Apple has created its $ 29 quarterly Bluetooth device to help people track their keys and other items, but it is also used to track people — sometimes without permission.
Responding to AirTag’s unwanted tracking, Apple has developed a system to notify iPhone users if they are being tracked by someone else’s AirTag. Your iPhone detects whether an anonymous AirTag is traveling with you, and, if so, the alert provides a simultaneous route map. After that, you can activate the wrong AirTag internal alarm to identify it aloud.
These notices can be helpful and can even prevent a dangerous situation. But in recent weeks, some iPhone users have begun to receive warnings, usually at midnight, of AirTags that may not be at all on their way. Pop-up notifications have caused confusion and anxiety, and have led recipients to chase geese.
AirTag phantom warning maps share the same pattern: straight red lines exiting the user area. If AirTag was moving (maybe a plane?) On these routes, it would be crossing the city center, passing through construction sites, and even the entrance walls.
When maps of these specific notices are viewed from side to side — or compared to the obvious examples of AirTag tracking — they appear to be the result of a distraction. But it may be shocking to discover such an unspoken warning.
The extent of AirTag’s bad news is unclear, although accounts from Twitter, Reddit, Facebook, and others have reported it.
A spokesman for Apple said the warnings could have been triggered by an iPhone receiving Wi-Fi signals in a remote area. Possible settings may go to Settings> Privacy> Location Services, and switch on and off while Wi-Fi is turned on on the iPhone. He also said that in densely populated areas, AirTags owned by others nearby could create unwanted warnings.
Ryan McClain, a 25-year-old advertiser in Indianapolis, received a security alert on his iPhone when he woke up one day in early April.
“It was shocking in the morning,” he said. “I thought, ‘Who would want to trap me? Who would want to hurt me?'” He searched outside the AirTag, had a mechanic’s check under his car and asked his neighbors if they had any. They did not.
Mr. McClain said he and his fiancée spent the next day busy, hoping the warning was a result of mistake.
Marcus Geisler faced a similar warning. “The AirTag movement pattern on the map looks very strange,” said a 45-year-old Toronto consumer researcher. “I thought maybe my neighbor’s dog had swallowed it by mistake,” Mr Geisler said. He looked everywhere but could not find the AirTag.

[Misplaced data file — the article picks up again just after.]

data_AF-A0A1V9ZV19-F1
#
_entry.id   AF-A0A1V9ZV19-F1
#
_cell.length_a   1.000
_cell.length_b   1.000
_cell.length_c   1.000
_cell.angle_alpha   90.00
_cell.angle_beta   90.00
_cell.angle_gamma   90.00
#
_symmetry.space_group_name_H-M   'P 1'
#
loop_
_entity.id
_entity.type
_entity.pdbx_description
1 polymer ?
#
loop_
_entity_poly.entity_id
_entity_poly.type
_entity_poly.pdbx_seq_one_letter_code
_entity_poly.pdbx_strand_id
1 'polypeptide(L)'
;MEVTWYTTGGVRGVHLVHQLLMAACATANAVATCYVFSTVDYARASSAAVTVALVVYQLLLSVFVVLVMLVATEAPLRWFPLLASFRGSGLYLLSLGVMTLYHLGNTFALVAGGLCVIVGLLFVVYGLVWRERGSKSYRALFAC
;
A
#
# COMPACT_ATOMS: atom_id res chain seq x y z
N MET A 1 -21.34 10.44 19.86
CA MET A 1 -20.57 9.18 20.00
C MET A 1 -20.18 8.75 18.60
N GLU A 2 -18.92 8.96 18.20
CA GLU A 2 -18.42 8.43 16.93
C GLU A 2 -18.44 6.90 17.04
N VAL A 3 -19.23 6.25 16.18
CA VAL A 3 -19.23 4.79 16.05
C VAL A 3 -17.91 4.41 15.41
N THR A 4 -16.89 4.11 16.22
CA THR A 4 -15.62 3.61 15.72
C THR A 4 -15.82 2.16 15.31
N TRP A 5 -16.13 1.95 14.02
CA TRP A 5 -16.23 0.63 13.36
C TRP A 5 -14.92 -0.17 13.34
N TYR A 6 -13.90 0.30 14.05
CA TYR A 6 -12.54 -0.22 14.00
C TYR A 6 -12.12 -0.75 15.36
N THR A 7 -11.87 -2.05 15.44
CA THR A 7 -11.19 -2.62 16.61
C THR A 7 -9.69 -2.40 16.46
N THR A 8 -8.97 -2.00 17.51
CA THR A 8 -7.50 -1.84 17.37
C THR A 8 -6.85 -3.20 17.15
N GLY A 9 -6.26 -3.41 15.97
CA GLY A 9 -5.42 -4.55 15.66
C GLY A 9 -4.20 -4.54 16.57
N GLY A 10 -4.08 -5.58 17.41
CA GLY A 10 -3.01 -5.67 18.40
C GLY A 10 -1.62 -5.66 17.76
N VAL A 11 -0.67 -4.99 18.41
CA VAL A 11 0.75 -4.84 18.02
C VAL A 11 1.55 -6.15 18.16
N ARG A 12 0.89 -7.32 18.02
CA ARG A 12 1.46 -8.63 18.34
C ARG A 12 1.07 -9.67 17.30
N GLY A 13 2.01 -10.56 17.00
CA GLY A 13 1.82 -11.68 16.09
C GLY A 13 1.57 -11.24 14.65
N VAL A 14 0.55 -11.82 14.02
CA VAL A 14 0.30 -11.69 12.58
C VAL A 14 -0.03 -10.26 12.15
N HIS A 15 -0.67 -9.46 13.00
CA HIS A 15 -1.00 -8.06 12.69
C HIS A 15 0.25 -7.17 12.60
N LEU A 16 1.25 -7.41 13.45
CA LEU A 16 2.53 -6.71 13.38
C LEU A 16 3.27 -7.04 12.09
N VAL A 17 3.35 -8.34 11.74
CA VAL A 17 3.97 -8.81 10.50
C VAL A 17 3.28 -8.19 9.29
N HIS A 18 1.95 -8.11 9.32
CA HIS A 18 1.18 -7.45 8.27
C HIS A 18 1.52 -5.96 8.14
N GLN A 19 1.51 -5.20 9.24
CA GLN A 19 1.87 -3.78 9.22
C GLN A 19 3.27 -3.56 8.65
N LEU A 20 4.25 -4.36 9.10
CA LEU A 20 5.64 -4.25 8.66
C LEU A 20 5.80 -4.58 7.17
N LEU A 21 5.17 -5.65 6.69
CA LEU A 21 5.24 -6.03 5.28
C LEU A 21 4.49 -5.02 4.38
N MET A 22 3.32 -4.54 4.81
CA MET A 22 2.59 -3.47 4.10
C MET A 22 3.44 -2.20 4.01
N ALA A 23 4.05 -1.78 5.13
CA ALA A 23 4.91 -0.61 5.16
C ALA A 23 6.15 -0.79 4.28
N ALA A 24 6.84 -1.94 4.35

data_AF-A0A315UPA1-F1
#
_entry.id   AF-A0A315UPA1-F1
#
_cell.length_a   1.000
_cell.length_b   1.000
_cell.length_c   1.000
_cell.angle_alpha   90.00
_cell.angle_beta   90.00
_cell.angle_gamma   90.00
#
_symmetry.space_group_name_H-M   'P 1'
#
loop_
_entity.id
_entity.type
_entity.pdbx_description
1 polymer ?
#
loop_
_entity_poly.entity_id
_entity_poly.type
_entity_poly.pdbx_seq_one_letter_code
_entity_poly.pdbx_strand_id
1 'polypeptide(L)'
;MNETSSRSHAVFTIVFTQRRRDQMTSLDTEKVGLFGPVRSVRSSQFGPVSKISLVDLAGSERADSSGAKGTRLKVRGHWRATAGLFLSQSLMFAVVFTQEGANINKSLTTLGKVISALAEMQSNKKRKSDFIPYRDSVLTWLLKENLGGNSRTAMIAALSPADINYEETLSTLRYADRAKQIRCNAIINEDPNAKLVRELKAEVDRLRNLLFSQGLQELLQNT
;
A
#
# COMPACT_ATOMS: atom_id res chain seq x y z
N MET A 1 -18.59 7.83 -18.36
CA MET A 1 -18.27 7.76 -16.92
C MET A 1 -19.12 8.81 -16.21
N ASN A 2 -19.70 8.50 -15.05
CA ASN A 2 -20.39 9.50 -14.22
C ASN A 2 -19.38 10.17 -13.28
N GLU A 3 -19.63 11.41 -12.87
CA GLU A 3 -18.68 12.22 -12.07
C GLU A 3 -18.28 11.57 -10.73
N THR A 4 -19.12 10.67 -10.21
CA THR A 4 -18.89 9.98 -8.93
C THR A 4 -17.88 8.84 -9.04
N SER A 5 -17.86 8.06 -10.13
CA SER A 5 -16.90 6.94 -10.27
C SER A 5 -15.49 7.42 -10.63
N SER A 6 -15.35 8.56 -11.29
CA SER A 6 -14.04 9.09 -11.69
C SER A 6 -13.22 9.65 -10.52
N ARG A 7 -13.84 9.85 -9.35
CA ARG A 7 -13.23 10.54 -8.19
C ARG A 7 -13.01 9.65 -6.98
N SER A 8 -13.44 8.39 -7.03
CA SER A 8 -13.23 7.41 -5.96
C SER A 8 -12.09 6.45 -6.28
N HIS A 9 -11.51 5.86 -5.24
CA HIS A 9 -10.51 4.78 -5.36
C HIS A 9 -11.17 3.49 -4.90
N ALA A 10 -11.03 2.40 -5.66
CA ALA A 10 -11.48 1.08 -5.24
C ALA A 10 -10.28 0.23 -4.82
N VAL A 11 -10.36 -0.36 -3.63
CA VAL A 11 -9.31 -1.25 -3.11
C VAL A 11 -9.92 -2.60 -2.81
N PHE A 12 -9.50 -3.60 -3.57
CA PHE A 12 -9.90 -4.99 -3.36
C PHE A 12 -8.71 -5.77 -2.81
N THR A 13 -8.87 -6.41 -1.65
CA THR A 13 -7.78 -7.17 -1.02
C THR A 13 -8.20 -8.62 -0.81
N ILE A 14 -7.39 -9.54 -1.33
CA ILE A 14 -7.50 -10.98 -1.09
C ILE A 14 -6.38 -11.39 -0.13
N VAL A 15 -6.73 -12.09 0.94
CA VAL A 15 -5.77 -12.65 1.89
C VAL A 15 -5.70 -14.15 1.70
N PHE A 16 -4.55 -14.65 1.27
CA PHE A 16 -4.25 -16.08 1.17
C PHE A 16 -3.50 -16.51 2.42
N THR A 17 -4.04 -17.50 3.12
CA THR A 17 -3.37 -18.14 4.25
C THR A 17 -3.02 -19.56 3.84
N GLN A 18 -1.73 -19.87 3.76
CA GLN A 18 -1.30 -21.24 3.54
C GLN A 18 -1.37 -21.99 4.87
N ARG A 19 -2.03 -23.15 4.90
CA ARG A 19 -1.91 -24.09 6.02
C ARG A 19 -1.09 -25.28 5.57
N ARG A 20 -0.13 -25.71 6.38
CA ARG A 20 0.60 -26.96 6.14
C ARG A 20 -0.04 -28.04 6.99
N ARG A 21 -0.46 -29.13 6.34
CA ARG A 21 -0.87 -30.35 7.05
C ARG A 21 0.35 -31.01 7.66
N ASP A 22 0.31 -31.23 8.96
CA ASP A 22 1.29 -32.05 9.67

“It was shocking,” said Natalia Garcia, a 24-year-old non-profit worker who received an iPhone warning after a night out in downtown Chicago. “I checked my wallet, looked around to make sure no one was installing AirTag on me,” he said.
When trying to get the tracker to release its alarm sound, the Find My app said “AirTag Not Reachable.”
Lost and recovered
Apple launched AirTags in April 2021. Devices relied on nearby Apple products to transfer their locations to the company’s Find My Network. If you are attaching AirTag to your keys, you can check out the Apple Find My app to track. If you have an iPhone 11 or the latest model, you can point the location of your AirTag down an inch.
But because they are cheap and easy to use, AirTags have become a secret tracking tool for others. Police departments across the country have said they have received reports of alleged AirTag cover-up. In some cases, people find AirTags that are not owned by their vehicles or in their pockets.
In February, Apple published an AirTags safety guide and said it was working in many ways to protect people from unwanted AirTag tracking. AirTag discovery is automatically unlocked in Apple’s Find My app. And last week, Apple began updating AirTag software to make device speakers emit an audible sound when they were lost or an anonymous AirTag warning.
While phantom tracker warnings can be a nuisance, you should not completely disable AirTag detection.
“Getting fake alarms technically is a common occurrence,” said John DeCarlo, director of the Master of Criminal Justice program at the University of New Haven and former Branford police chief Conn, Conn. “If you turn off notifications, it will leave you with no benefits.”